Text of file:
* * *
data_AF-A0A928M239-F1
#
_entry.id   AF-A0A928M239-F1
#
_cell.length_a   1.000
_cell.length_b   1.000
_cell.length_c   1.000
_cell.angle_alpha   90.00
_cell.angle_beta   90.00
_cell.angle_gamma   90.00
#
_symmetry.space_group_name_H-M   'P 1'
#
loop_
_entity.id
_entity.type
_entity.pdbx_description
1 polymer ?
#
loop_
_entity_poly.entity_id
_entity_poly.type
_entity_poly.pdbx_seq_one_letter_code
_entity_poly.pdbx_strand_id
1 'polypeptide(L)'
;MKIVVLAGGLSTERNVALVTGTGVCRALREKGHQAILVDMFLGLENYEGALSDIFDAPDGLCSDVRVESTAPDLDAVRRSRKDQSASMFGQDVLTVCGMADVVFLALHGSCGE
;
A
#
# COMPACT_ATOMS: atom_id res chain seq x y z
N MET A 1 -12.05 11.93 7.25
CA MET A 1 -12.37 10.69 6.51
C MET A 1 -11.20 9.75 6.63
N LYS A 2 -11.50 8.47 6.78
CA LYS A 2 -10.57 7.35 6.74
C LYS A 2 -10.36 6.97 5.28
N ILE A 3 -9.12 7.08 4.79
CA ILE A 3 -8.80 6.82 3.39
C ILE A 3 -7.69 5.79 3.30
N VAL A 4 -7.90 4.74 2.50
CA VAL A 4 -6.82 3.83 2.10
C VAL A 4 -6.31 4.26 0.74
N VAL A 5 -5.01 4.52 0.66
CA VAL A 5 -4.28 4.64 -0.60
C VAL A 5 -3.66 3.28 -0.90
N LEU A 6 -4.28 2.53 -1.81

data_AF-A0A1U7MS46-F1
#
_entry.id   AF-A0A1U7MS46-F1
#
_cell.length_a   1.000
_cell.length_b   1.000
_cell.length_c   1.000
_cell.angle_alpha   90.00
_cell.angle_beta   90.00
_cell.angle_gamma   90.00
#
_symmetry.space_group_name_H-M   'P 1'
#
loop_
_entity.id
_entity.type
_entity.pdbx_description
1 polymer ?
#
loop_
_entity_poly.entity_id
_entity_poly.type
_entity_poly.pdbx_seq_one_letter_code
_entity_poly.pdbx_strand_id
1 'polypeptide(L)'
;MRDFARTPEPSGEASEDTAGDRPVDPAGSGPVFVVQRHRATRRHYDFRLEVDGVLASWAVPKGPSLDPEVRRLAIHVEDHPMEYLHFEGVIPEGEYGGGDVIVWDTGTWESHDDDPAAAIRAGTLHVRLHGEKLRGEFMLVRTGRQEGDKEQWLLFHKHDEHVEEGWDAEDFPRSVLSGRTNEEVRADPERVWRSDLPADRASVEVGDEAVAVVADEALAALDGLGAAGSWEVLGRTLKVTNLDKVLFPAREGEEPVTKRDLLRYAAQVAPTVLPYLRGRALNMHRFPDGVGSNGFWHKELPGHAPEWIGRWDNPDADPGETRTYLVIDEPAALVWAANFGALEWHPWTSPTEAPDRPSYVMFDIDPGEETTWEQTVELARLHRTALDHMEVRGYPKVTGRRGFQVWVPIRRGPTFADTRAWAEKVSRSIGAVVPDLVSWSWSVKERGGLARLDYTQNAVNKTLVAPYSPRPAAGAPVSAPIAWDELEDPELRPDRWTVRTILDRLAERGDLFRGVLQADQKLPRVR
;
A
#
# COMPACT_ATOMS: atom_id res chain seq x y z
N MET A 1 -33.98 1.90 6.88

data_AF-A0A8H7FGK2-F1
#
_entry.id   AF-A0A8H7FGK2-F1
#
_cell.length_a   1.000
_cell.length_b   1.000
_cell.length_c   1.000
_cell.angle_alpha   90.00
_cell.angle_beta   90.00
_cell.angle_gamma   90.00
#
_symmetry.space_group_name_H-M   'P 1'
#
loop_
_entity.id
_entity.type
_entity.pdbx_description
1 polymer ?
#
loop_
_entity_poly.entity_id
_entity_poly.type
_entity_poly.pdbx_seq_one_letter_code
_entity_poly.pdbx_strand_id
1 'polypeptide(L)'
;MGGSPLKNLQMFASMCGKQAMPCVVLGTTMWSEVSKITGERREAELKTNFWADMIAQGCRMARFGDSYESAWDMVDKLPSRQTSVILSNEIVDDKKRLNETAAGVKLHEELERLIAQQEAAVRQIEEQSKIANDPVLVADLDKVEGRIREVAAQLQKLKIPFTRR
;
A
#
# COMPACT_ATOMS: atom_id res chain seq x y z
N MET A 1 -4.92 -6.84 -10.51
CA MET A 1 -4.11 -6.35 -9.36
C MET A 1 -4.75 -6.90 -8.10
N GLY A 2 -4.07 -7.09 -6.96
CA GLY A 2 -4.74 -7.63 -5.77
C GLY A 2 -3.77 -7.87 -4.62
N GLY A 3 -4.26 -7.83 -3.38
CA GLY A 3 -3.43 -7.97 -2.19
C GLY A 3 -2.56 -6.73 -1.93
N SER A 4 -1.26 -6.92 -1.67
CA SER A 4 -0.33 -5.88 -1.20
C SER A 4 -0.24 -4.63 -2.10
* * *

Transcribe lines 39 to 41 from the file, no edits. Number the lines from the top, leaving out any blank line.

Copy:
C ILE A 3 -7.69 5.79 3.30
N VAL A 4 -7.90 4.74 2.50
CA VAL A 4 -6.82 3.83 2.10